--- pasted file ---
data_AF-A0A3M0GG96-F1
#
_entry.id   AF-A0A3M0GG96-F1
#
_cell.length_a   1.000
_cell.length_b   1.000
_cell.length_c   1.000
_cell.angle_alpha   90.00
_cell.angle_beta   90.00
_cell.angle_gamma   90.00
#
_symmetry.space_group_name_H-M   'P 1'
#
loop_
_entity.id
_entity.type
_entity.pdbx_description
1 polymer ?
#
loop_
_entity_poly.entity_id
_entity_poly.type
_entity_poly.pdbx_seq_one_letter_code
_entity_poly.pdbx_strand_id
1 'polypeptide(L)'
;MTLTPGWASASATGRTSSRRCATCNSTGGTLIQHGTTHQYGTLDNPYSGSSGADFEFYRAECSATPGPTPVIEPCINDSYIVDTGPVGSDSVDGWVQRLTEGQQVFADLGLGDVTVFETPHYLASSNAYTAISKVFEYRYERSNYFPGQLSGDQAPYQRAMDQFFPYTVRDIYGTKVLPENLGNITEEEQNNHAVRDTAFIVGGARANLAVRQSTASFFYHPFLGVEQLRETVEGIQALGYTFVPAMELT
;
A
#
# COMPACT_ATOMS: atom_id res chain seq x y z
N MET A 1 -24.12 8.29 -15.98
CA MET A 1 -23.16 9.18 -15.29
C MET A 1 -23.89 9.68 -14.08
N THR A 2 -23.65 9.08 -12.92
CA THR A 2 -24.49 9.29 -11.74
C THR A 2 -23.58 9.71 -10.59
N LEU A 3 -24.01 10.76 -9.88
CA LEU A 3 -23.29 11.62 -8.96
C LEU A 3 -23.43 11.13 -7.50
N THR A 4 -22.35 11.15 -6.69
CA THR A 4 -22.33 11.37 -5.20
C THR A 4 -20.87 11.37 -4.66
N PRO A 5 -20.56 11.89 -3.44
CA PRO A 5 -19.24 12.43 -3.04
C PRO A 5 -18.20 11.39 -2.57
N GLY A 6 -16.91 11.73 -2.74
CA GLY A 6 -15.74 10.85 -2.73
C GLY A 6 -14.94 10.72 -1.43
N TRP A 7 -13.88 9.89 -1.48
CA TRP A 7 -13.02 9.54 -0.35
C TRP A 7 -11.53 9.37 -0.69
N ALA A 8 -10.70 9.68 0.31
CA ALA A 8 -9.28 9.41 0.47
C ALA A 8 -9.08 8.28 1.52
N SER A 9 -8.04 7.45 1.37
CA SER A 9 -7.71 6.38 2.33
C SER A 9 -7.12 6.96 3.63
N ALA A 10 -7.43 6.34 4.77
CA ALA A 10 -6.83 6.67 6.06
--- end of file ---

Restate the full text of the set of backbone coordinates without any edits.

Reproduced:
data_AF-A0A3M0GG96-F1
#
_entry.id   AF-A0A3M0GG96-F1
#
_cell.length_a   1.000
_cell.length_b   1.000
_cell.length_c   1.000
_cell.angle_alpha   90.00
_cell.angle_beta   90.00
_cell.angle_gamma   90.00
#
_symmetry.space_group_name_H-M   'P 1'
#
loop_
_entity.id
_entity.type
_entity.pdbx_description
1 polymer ?
#
loop_
_entity_poly.entity_id
_entity_poly.type
_entity_poly.pdbx_seq_one_letter_code
_entity_poly.pdbx_strand_id
1 'polypeptide(L)'
;MTLTPGWASASATGRTSSRRCATCNSTGGTLIQHGTTHQYGTLDNPYSGSSGADFEFYRAECSATPGPTPVIEPCINDSYIVDTGPVGSDSVDGWVQRLTEGQQVFADLGLGDVTVFETPHYLASSNAYTAISKVFEYRYERSNYFPGQLSGDQAPYQRAMDQFFPYTVRDIYGTKVLPENLGNITEEEQNNHAVRDTAFIVGGARANLAVRQSTASFFYHPFLGVEQLRETVEGIQALGYTFVPAMELT
;
A
#
# COMPACT_ATOMS: atom_id res chain seq x y z
N MET A 1 -24.12 8.29 -15.98
CA MET A 1 -23.16 9.18 -15.29
C MET A 1 -23.89 9.68 -14.08
N THR A 2 -23.65 9.08 -12.92
CA THR A 2 -24.49 9.29 -11.74
C THR A 2 -23.58 9.71 -10.59
N LEU A 3 -24.01 10.76 -9.88
CA LEU A 3 -23.29 11.62 -8.96
C LEU A 3 -23.43 11.13 -7.50
N THR A 4 -22.35 11.15 -6.69
CA THR A 4 -22.33 11.37 -5.20
C THR A 4 -20.87 11.37 -4.66
N PRO A 5 -20.56 11.89 -3.44
CA PRO A 5 -19.24 12.43 -3.04
C PRO A 5 -18.20 11.39 -2.57
N GLY A 6 -16.91 11.73 -2.74
CA GLY A 6 -15.74 10.85 -2.73
C GLY A 6 -14.94 10.72 -1.43
N TRP A 7 -13.88 9.89 -1.48
CA TRP A 7 -13.02 9.54 -0.35
C TRP A 7 -11.53 9.37 -0.69
N ALA A 8 -10.70 9.68 0.31
CA ALA A 8 -9.28 9.41 0.47
C ALA A 8 -9.08 8.28 1.52
N SER A 9 -8.04 7.45 1.37
CA SER A 9 -7.71 6.38 2.33
C SER A 9 -7.12 6.96 3.63
N ALA A 10 -7.43 6.34 4.77
CA ALA A 10 -6.83 6.67 6.06